Scratch built Sterling 63' - RC Groups
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Feb 06, 2008, 10:42 PM
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tinknocker's Avatar
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Scratch built Sterling 63'


Hi all I have some pictures of my scratchbuilt Sterling 63' in progress. I started this project in September of last year and this is the progress so far. As the project moves along I will have more pictures. I know that I will need and welcome suggestions from more expirenced builders. Thanks for looking
Doug
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Feb 07, 2008, 12:54 AM
Grumpa Tom
Kmot's Avatar
Shoot! That looks awesome so far! Looks like you have a lot of military ships as well.

Since you are a tinknocker, are you going to fabricate the air vents?
Feb 07, 2008, 12:55 AM
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I'm very much looking forward to seeing more of your build. I am particularly interested in seeing how you power her. Thanks for sharing her and your efforts with us.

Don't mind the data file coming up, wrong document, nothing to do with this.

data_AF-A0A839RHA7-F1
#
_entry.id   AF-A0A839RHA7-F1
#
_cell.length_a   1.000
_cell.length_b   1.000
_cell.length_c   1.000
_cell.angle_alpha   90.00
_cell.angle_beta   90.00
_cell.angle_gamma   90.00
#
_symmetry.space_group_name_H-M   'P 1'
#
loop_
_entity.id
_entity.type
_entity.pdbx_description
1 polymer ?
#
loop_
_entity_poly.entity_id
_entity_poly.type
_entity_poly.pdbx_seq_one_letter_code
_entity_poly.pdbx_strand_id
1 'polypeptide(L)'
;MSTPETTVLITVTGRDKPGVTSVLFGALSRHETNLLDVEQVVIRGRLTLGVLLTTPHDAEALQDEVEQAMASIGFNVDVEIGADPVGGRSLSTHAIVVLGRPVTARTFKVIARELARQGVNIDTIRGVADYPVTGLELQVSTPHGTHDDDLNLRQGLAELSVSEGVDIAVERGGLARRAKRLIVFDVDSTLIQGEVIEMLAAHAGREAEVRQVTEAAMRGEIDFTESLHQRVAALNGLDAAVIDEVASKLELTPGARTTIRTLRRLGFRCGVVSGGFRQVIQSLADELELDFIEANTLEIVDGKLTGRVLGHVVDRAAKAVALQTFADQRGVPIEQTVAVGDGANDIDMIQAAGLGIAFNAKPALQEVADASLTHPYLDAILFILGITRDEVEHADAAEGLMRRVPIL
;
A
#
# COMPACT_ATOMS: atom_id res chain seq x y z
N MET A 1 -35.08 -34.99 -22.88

Feb 07, 2008, 10:04 PM
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tinknocker's Avatar
Quote:
Originally Posted by Kmot
Shoot! That looks awesome so far! Looks like you have a lot of military ships as well.

Since you are a tinknocker, are you going to fabricate the air vents?
Thanks for the good words. I have built several Navy ships but the one you see in the background is DDG 2 Charles Adams. She is also scratch built in wood. The second one is a WWII DE. It was the first attempt at scratch building. I have used fiberglass in the past but really prefer and enjoy working with wood. As for the vents probably not but I did make heat and AC duct work for my daughters doll house. I'm afraid these are a little smaller than I'm used to.
Doug
Last edited by tinknocker; Feb 07, 2008 at 10:25 PM.
Feb 07, 2008, 10:18 PM
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Quote:
Originally Posted by jeepers1940